Nitrogen (N) is an essential macro nutrient for plants and N fertilizers have to be applied in agricultural production systems to obtain high grain yield and prevent N depletion and soil degradation. Applied in excess, N can leach from the field which leads to pollution and eutrophication of water ways. Developing crops with enhanced N uptake and more efficient internal N use is therefore a global breeding goal.
In wheat, the grain protein content is an important quality trait determining processing quality and the price on the world market. In general, high yielding wheat varieties tend to have lower grain protein concentration (GPC). Although GPC can to some extent be managed by timely N fertilizer application, there are other factors determining the negative linkage between grain yield and grain protein.
Within this Hub program 4, we will address these issues through genetic, molecular and physiological approaches with the aim to identify genotypes, traits, and ultimately genes and markers that assist breeders in selecting wheat breeding lines with optimized internal use of N that maintain high GPC at high yield.
Subprogram 4.1. Identify key traits responsible for N remobilization and high grain N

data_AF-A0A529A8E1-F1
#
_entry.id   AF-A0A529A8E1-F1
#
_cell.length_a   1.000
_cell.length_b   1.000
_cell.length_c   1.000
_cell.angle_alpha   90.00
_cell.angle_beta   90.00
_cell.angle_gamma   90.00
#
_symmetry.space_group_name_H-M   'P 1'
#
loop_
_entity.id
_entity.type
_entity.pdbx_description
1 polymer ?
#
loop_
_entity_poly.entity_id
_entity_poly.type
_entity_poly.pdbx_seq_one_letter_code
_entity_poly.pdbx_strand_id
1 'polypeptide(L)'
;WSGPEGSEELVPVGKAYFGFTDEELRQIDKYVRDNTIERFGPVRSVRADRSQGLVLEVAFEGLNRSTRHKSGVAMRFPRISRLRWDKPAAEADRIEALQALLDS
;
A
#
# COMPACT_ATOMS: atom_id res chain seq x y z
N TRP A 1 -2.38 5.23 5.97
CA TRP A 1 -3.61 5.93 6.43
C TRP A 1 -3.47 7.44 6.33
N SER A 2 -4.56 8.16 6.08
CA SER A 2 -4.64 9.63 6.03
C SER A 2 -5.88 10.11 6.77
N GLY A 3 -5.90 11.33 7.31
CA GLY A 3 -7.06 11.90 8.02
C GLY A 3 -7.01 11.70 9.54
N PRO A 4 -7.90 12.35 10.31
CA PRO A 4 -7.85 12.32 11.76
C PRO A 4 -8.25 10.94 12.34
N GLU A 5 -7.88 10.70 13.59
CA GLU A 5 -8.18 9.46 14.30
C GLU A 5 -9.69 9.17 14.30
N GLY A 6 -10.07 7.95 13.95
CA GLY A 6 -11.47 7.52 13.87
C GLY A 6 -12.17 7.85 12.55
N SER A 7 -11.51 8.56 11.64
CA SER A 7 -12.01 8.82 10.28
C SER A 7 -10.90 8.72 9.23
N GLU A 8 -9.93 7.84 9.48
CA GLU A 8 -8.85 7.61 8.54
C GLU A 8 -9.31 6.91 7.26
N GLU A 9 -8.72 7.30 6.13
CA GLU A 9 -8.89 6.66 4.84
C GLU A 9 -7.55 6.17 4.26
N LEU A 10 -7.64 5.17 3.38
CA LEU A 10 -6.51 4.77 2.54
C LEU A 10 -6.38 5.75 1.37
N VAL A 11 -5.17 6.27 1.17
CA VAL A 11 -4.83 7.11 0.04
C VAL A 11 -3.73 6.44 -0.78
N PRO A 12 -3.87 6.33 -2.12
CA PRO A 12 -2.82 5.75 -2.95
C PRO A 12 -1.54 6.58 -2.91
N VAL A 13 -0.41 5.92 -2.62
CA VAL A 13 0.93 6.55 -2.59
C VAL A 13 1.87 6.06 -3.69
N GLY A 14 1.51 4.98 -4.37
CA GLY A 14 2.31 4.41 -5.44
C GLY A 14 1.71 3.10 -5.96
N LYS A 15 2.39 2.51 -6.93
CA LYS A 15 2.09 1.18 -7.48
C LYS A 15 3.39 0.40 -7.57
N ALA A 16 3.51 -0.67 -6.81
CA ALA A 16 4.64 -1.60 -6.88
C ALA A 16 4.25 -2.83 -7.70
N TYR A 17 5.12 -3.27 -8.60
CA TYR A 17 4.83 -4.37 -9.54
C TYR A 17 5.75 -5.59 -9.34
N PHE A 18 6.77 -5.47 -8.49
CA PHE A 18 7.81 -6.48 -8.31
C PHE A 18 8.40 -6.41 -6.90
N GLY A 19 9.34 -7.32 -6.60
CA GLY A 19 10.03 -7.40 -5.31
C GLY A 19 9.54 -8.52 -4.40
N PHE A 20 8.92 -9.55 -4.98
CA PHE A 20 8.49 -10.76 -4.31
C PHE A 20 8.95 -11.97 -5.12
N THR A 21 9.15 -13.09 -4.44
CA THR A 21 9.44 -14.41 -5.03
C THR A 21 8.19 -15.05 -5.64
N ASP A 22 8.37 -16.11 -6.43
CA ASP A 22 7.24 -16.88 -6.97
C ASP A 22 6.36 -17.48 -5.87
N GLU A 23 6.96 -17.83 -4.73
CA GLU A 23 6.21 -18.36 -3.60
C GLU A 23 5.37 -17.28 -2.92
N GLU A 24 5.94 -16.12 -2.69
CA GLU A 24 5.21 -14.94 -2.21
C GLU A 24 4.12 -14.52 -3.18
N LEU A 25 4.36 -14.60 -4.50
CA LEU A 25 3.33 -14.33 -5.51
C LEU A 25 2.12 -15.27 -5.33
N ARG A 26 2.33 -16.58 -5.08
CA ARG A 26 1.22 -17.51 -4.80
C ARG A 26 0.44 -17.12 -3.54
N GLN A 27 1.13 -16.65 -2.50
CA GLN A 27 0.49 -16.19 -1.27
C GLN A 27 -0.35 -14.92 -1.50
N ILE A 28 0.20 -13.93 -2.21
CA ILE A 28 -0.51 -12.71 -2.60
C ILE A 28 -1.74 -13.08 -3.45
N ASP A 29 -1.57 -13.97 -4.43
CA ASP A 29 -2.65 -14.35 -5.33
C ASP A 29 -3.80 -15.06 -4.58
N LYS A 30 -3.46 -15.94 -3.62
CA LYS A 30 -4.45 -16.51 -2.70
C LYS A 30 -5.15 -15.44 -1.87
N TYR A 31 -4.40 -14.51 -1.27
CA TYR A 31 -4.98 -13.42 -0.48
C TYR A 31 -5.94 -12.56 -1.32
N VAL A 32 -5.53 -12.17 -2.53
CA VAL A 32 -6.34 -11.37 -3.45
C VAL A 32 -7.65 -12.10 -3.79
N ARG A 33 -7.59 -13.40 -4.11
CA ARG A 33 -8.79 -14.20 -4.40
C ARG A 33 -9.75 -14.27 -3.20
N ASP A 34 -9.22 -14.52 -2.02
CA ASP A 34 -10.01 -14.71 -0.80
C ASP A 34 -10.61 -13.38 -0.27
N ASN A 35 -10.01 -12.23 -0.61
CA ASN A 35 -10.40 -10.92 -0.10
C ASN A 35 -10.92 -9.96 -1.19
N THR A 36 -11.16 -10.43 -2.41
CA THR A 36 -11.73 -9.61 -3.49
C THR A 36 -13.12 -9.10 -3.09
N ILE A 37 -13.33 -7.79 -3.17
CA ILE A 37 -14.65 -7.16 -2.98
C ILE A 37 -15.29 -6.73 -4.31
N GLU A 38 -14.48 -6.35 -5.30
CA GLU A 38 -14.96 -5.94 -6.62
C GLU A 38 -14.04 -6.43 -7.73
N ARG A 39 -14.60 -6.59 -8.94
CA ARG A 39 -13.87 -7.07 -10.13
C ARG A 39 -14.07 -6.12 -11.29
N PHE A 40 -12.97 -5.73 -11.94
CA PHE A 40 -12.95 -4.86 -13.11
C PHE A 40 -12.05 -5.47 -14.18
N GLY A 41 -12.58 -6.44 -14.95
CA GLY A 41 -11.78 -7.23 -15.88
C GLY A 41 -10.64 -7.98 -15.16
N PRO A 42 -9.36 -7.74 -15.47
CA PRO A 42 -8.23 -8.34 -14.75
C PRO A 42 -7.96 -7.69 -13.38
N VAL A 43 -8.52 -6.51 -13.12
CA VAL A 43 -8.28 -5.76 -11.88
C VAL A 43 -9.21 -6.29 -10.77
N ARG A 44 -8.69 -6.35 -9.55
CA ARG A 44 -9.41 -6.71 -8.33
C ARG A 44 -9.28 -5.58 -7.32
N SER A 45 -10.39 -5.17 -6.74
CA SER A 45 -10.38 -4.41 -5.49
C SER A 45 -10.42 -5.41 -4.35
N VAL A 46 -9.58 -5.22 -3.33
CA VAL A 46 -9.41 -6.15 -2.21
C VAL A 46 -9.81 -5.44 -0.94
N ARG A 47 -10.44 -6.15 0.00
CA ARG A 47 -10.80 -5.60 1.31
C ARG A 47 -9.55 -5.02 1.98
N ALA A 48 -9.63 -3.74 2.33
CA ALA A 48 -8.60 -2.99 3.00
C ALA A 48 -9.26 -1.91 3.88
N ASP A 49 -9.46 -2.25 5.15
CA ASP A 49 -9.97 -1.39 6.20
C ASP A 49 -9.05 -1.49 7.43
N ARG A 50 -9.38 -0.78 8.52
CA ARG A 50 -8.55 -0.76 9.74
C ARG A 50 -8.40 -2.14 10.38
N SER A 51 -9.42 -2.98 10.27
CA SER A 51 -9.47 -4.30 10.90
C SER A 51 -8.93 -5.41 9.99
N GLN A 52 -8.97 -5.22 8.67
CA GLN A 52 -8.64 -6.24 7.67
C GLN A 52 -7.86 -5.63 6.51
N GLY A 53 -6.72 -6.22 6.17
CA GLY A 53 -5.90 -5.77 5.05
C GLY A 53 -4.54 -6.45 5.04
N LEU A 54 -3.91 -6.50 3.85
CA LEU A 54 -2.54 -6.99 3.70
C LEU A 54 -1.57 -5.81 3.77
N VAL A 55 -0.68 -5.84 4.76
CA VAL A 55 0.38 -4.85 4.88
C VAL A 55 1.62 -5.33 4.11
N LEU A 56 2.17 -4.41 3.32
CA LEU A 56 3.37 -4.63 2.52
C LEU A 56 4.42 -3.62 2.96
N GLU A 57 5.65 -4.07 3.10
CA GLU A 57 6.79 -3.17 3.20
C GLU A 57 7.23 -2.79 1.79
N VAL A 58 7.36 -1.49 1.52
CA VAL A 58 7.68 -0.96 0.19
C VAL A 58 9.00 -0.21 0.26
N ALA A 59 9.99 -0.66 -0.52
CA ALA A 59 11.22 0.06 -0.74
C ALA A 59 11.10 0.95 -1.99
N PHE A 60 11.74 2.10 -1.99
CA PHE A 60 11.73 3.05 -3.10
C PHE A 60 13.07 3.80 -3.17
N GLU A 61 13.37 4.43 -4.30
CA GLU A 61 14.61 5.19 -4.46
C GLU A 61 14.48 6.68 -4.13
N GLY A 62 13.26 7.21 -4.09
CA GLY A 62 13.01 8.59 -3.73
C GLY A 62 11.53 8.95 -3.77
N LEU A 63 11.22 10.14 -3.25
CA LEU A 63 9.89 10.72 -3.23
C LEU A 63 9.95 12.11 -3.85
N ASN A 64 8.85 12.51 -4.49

To achieve high GPC, plants need to remobilize N into grains more efficiently. We dissect the physiological steps of N movement within the plants with selected cultivars and mapping populations. The effect of different senescence pattern on internal N recycling is analysed by fluorescence imaging and metabolomics. We will identify QTL for high GPC and N remobilization from field and glasshouse experimental data. A wheat diversity panel and derived nested association mapping (NAM) populations will be examined for GPC and related traits to explore genetic potential and to deliver QTL and molecular markers to breeding programs.
Subprogram 4.2. Identify anatomical and molecular components affecting grain N loading
What are the differences in grain anatomy and physiology between high and low GPC
wheat genotypes? Within this program, we will dissect the components relevant for
grain N loading – metabolites, N transporters and assimilatory genes will be examined
in developing grains and flag leaves in varieties contrasting for GPC. Identified key traits,
signature metabolites and genes will be explored for developing wheat that is
maximising grain N content at high yield.
Mamoru Okamoto (program 4 leader, Uni of Adelaide)
Margaret Kirika (PhD student, Uni of Adelaide)
Larissa Chirkova (technical support, Uni of Adelaide)
Paul Eckermann (statistics support, Uni of Adelaide)
Sanjiv Satija (technical support, Uni of Adelaide)
Brent Kaiser (subprogram 4.2 leader, Uni of Sydney)
Julie Dechorgnat (researcher, subprogram 4.2, Uni of Sydney)
Sigrid Heuer (CI, Rothamsted Research)